But in an interview published in the November issue of Maine Seniors magazine, Ingraham indicates he served in the Air Force during World War II, working as a mechanic on B-29s at Eielson Air Force Base in Alaska. He later went into the funeral home business, owning a couple in the Bangor area, according to the article.

McLean said the album with the “Waving Man” song may come out on his own music label on the Internet or perhaps another website, saying a decision has not yet been made. He said the rapid, dramatic advances in technology have changed the entertainment industry a lot.

“It was real simple when I started out,” said McLean, who started singing and playing a guitar when he was 12 or 13 years old. I was a record star for about 12 years. It was real easy. People would go to the store and buy an album. Everything has changed,” McLean said.

He said many musicians see albums as some form of tour support.

“They don’t expect to make anything from them. Maybe a song will get used for a movie or an advertisement that will get them a fee,” he said. “It ain’t like before.”

While the transformation of making money in music has not been difficult for him because he is established, McLean said young people trying to break into the business are facing a challenge.

“I meet a lot of kids who open shows for me who are represented by agencies and don’t know what to do,” he said.

He said if he were starting over, he would use the Internet to tell some stories.

“Use stuff like YouTube and get stories out there and build a relationship with an audience,” McLean said.

He grew up in the New York city suburb of New Rochelle, New York. One of his earliest influences was a folk group called The Weavers. After his father died when he was 15, McLean said he decided to pursue music as a career and made a telephone call to Fred Hellerman of The Weavers. He later met with the group and, as he says, his odyssey began. He hired the same manager as the group, and when he turned 18, he began playing in New York City nightclubs.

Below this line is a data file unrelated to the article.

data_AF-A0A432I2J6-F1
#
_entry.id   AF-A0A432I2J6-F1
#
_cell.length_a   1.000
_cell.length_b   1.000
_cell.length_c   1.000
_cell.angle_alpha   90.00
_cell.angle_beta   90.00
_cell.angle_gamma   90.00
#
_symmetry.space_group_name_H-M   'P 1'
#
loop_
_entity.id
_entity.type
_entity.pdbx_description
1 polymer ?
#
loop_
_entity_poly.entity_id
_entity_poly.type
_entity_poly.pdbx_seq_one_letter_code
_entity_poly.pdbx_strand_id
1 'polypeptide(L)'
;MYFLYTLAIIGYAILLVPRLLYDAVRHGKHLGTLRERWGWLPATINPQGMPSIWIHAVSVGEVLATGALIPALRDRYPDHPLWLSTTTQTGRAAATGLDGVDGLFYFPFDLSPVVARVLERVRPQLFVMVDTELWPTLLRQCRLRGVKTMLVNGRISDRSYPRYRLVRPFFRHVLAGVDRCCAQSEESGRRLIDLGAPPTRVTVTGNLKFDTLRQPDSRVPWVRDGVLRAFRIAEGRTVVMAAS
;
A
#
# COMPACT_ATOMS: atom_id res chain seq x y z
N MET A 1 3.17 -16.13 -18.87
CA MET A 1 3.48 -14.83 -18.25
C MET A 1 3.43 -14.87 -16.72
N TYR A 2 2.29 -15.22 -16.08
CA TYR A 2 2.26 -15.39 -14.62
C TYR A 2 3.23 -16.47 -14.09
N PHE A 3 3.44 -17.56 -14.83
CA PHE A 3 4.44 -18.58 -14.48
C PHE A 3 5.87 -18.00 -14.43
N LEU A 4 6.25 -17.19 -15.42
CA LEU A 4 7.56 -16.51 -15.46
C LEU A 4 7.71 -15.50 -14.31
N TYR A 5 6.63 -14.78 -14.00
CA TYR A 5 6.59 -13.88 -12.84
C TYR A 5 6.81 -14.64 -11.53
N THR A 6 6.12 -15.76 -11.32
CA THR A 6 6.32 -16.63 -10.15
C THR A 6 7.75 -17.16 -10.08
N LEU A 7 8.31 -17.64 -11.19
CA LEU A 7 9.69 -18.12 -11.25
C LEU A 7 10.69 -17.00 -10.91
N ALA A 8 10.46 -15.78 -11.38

Success came in 1969 when he recorded his first album — “Tapestry” — with a pair of songs from the record making the charts — “Castles in the Air” and “And I Love You So.”

Two years later, he recorded “American Pie” and became an international star.

“If you are lucky enough to survive success, then you begin to realize the richness of going to other countries, singing for other people and many different wonderful cultures and people,” McLean said.

PBS produced a feature-length documentary called “American Troubadour,” about McLean in 2012. A DVD of the film is available for purchase on Amazon.

On Friday, McLean said he is preparing to auction off the original manuscript and notes for the iconic “American Pie” song on April 7 through Christie’s Auction House. Christie’s has predicted the papers could fetch $1.5 million, according to an item last month in The Guardian.

McLean bought a home in Castine in 1985 after a friend insisted he would love living in Maine. In 1990, he purchased a home on 175 acres in Camden. He and his wife raised their children and have lived there since 2000.